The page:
There are three EVAs scheduled for this mission. On the first EVA you and Bobby Satcher will go out and do some work outside. Tell us about what you’re scheduled to do on EVA 1.
On the first spacewalk, EVA 1, Bobby and I go out. Our first task is to take another spare part out of the space shuttle’s payload bay, the SASA payload, which is S-band Antenna Support Assembly, which is basically a spare S-band antenna for the space station. It’s an antenna that failed on orbit. They brought it back, refurbished it, now it’s ready to go and we’ll put it back into the spare location. So I will go out of the airlock, go over to the payload bay and start getting that thing ready to hand off to Bobby. Bobby’s going to go out, get into the robotic arm and they’ll maneuver him over into the payload bay on the end of the arm. He’ll grab that thing after I unbolt it and he’ll ride the arm back to Z-1 where it gets installed in the spare location and I’ll translate back over there and help him install it. After we get that thing installed, I will also pick up a set of cables from our tool box in the back of the payload bay, take those over to the Z-1 location also and start stringing those things up for a future mission to use while Bobby continues to ride the arm and he goes into his lube-job-man role as the lubricator of a couple of the latching end effectors, the POA latching end effector and the JEM RMS latching end effector. He’ll go and apply some grease to the snares inside those latching end effectors to make sure that they don’t have a problem later in life. So he’s doing some preventive maintenance basically on those while I do that spare cable task and then I go over to Node 1 and there’s a slide wire over there, safety slide wire, that is no longer usable, so I’m going to take that off, bring that back in and we’ll also have a handrail to swap out over there. I take one handrail off, install a different handrail that actually has some ammonia line cable connectors on it that will be used on a future mission.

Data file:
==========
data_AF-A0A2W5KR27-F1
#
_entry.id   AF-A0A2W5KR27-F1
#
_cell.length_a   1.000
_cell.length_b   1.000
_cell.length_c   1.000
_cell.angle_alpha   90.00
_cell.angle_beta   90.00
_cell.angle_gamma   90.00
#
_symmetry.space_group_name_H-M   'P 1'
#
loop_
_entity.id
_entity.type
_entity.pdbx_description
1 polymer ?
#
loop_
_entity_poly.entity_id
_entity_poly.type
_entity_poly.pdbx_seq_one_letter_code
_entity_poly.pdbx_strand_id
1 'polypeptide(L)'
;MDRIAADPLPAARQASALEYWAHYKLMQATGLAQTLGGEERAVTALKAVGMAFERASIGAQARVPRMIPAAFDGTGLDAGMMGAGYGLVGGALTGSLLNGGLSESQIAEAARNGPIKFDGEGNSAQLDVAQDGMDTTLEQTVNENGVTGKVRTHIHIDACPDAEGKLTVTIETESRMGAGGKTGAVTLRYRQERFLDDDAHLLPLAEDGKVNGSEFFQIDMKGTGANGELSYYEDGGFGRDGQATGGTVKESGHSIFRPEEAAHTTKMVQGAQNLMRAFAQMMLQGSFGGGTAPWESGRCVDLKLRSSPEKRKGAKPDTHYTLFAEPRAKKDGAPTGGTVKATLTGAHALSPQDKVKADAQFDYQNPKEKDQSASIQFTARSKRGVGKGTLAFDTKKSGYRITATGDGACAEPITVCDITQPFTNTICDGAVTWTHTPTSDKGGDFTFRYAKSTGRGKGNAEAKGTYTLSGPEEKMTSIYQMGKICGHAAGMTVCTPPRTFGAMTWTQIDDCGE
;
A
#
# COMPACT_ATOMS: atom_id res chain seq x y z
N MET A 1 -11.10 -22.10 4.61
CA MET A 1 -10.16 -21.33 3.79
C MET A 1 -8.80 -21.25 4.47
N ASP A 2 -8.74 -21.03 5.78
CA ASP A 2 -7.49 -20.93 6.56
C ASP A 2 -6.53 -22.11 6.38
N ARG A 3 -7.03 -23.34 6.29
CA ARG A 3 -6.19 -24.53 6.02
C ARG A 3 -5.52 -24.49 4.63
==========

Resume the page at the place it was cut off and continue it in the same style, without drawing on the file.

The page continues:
Then for the second EVA, you’re back out again, this time with Randy Bresnik. You’ll be doing some work with some equipment attached at several locations on station. Tell us about what the plan is for EVA 2.
On EVA 2 Randy and I go out and we both head to the payload bay initially and Randy picks up a cable and antenna assembly out of one of the tool boxes there and takes that back to Columbus module and I go with him over to Columbus module to help him string out this cable. It’s a set of antennas, and plug those antennas in and connect the cabling to some handrails to keep it from flopping around. After that I go over to Node 2 and close a window flap on one of the windows on Node 2 and then we both head up to the truss and we move this floating potential measurement unit from S1 over to P1 and this is a big tall mast thing on top of the truss that we’ll fold down some antennas that it has and then we’ll basically carry this thing over to P1 and install it over there, get it out of the way of, of future missions so that it doesn’t interfere with a future mission, spot that they need for their item that they install over there where this thing is now. Then we go to deploy one of the payload attach systems PAS sites for a future payload to be attached.